Your letter of this morning on the subject of finding where the arms have been sent and having them put into the hands of the militia I have this moment received. I think most of these arms have been sent off in different directions by the orders of Colo. Davies who I beleive therefore to be best acquainted with their situation. If I did not misunderstand him to-day he has accordingly directed...
The State commissary having come to me yesterday I sent him on to your Headquarters to provide subsistence for the troops and observe your orders in every thing. A waggon load of fixed ammunition and two feild peices have past this place for General Nelson. The residue (I beleive about two waggon loads) was ordered on to you yesterday. I am very happy to hear you have General Smallwood’s...
Mr. Granville Smith a State Quarter-master now waits on you. As I am not thoroughly acquainted with the Continental regulations I shall just mention to you my ideas on this particular matter without laying any stress on them and leave to your determination the propriety of using Mr. Smith. I have ever understood that the rule of Congress was to admit no expences to be Continental which were...
I received last night your favor of yesterday; and shall immediately dispatch an express to Genl. Weedon and recommend to him to attend to the measures necessary for the preservation of Mr. Hunter’s works. I have heard that he has with difficulty armed some four or five hundred men and means with them to join Genl. Nelson. I am really at a loss what to advise him. If he comes away with that...
I am favored with your letters of yesterday and this day . The peices of artillery at Cumberland were ordered on the first news of this invasion to be carried up the river to Newcastle and on hearing of their arrival there I ordered them to the forks of James river 50 miles above this but very convenient to be brought down by water whenever wanting. Indeed I think in future to divide our...
I was honored with yours of yesterday by Colo. Loyauté. General Weedon to whom the care of the works at Fredericksburg had been committed being now at Hanover Court-house I have referred Colo. Loyauté to him, and given them authority to make use of the brass canon Howitzers or Mortars at New Castle if they can use them, for they are unmounted. I heard in the same instant that 744 riflemen...
I received your favor of the 11th. by Mr. Smith. I cannot say at what point of time the Expences attending an Invasion become Continental. I suppose Congress have some fixed rule on that Subject which, whatever it be, when applied to all the States, will be equal. From the time at which they called for specific Quotas of Provisions from the several States they seem to have considered their...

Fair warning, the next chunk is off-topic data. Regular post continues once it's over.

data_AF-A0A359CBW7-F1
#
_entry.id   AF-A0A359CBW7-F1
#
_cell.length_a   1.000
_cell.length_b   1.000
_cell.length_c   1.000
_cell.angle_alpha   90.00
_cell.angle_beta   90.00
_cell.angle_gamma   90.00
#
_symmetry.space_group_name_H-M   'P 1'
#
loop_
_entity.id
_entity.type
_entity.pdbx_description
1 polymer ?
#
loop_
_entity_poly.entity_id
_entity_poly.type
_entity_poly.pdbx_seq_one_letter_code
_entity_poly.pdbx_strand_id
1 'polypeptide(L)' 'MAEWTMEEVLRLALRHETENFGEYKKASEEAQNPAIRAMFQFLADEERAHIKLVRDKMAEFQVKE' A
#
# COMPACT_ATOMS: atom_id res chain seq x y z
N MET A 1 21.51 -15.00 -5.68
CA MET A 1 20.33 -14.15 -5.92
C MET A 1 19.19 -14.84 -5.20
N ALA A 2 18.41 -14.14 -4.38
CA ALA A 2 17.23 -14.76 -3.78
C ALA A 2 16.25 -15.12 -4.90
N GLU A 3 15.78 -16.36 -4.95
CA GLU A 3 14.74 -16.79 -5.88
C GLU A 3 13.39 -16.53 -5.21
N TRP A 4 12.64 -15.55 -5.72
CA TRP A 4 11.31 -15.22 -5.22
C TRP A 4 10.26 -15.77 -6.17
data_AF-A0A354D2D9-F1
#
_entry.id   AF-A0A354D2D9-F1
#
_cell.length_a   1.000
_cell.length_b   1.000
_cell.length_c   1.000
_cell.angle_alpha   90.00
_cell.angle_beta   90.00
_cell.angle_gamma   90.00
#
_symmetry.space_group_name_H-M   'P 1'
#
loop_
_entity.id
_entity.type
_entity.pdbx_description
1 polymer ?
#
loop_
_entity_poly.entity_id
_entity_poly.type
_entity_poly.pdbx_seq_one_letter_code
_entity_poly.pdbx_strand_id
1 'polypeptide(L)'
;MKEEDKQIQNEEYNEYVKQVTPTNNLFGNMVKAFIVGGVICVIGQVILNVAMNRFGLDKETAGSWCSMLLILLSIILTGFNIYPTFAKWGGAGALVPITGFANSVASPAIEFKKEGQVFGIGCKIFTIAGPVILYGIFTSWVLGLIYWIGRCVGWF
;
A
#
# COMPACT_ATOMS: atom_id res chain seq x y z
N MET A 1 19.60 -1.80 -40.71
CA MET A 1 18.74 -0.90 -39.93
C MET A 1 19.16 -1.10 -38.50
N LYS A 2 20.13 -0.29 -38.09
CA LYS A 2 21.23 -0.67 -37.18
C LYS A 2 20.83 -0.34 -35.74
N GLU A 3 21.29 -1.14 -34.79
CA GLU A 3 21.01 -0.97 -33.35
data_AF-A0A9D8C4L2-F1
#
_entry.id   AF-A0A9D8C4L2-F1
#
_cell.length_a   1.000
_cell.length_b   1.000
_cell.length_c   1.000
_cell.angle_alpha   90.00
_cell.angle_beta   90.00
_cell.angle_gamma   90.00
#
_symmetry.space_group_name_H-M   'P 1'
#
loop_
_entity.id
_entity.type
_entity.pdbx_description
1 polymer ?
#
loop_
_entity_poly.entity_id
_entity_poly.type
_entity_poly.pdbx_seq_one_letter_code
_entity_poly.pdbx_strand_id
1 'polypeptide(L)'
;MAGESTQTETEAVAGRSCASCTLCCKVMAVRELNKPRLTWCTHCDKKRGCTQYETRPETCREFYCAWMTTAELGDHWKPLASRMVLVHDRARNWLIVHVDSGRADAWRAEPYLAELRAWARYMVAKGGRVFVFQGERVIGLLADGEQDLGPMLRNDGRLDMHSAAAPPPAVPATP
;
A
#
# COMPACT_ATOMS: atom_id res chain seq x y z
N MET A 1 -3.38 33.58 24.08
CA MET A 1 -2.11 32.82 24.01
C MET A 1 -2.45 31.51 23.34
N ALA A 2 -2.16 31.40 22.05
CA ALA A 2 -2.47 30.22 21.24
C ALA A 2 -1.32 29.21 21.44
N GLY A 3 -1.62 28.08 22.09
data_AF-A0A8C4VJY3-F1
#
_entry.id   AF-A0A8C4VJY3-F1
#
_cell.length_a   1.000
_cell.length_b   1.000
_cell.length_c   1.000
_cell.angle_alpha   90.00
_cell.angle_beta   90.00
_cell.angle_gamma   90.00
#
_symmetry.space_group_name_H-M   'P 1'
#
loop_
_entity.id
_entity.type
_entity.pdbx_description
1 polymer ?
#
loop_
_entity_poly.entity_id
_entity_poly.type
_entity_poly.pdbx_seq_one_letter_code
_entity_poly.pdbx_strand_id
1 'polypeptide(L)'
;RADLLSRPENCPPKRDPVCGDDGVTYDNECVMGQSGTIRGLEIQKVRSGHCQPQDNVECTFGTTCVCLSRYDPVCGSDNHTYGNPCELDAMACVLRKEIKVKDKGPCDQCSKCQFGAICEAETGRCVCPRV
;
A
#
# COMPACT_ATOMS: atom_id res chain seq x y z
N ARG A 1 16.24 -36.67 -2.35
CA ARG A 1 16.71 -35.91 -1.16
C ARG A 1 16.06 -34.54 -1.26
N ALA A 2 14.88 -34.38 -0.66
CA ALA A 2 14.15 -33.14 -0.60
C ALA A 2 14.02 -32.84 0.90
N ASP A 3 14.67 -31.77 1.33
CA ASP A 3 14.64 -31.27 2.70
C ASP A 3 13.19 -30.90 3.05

Your letters of the 12th. and 13th. are now before me. They are in some measure answered by some marginal notes on the several articles in a paper delivered me by Majr. Walker . If there be any state arms, fit for use, and still undelivered they are so few, that we may consider them as nothing. I should therefore think it proper to discharge so many militia as cannot be furnished with arms. My...
All are delivered 1 To know if all the State Arms are already distributed. If not where are the remainder? Richmond and Westham. They shall be delivered to Capt. Pryor. 2 To fix on a place where all the Arms Ammunition and Camp Equipage may be collected and appoint some Officer to collect and distribute them. If the Governor thinks proper, Capt. Prior may be appointed to distribute them after...
I inclose you a letter from Genl. Weedon which I suppose will inform you, as he did me, that he has between 6 and 700 men embodied, and expects 500 more in the course of this week from the Western side of the Blue ridge. By a letter of the 16th from Genl. Nelson he informs me he has ordered the Louisa militia (about 150) to turn off to Fredericksburg. They were not called on at all, so that...
Shirts had been ordered for Colo. Armand’s Corps on your former requisition. These I believe are ready. They are ordered to be delivered to Majr. Lomagn ’s order. We have not a single article of the others enumerated in his list of necessaries wanted. We could therefore only undertake to him to furnish money to the Continental Quarter Master or any other proper person to procure them if this...
A warrant was yesterday made out for Mr. Harrison for two hundred thousand Dollars and I shall take the first opportun[ity] of informing him that the money is in readiness. This is in consequence of your requisition communicated by Major Walker. Dr. Evans the Bearer of your Letter will receive from the Gentleman who has the care of our Medicine whatever articles can be furnished from that...
I send you below a List of the Counties which were called on to make a part of the 4000 men for this invasion, tho’ they were called into the field on the last invasion also. As your reduction of the 4000 to 2700 will enable you to discharge some of those Counties, I think it would be best that these below mentioned should be first discharged. I have the honor to be with great esteem Sir Your...
General Arnold having left in the hands of Mr. Buchanan of this place twenty Guineas for purposes not approved of by us I am to beg leave to trouble you with the ordering it to be returned by flag. I am with great respect Sir Your mo: ob: hble. Servant, RC ( NHi ); in a clerk’s hand, signed by TJ; addressed to Steuben, but without indication of place; endorsed. FC ( Vi ). Nothing else is known...
The bearer hereof Colo. Gaines a militia Officer in the County of Amherst being desirous to become qualified in fact for the command he holds in his county, has applied to us to be permitted to serve on such a footing as will place it in his power to acquire a knowledge of his duty, asking nothing but rations and forage; while others, offended at the preference given to Officers formerly of...
The inclosed Letter contains the first notification the Executive have received of the existence of any such cases as that of Lieut. Warm[an] therin stated. Exclusive of the justice of his claim, the express reserva[tion] by the board of Officers of the rights of all those in his situation, seems to place him on the footing on which he would have been, had his Commission been actually made out...
Having been informed about a week ago that the troops nearest to the enemy’s lines were much in want of ammunition waggons I have had two made ready, which are now sent to your orders. I think it was Genl. Lawson particularly who applied for these waggons. I have the honour to be with much esteem & respect Sir Your most obedt. humble servt., RC ( PHi ); addressed by TJ: “The honble. Majr....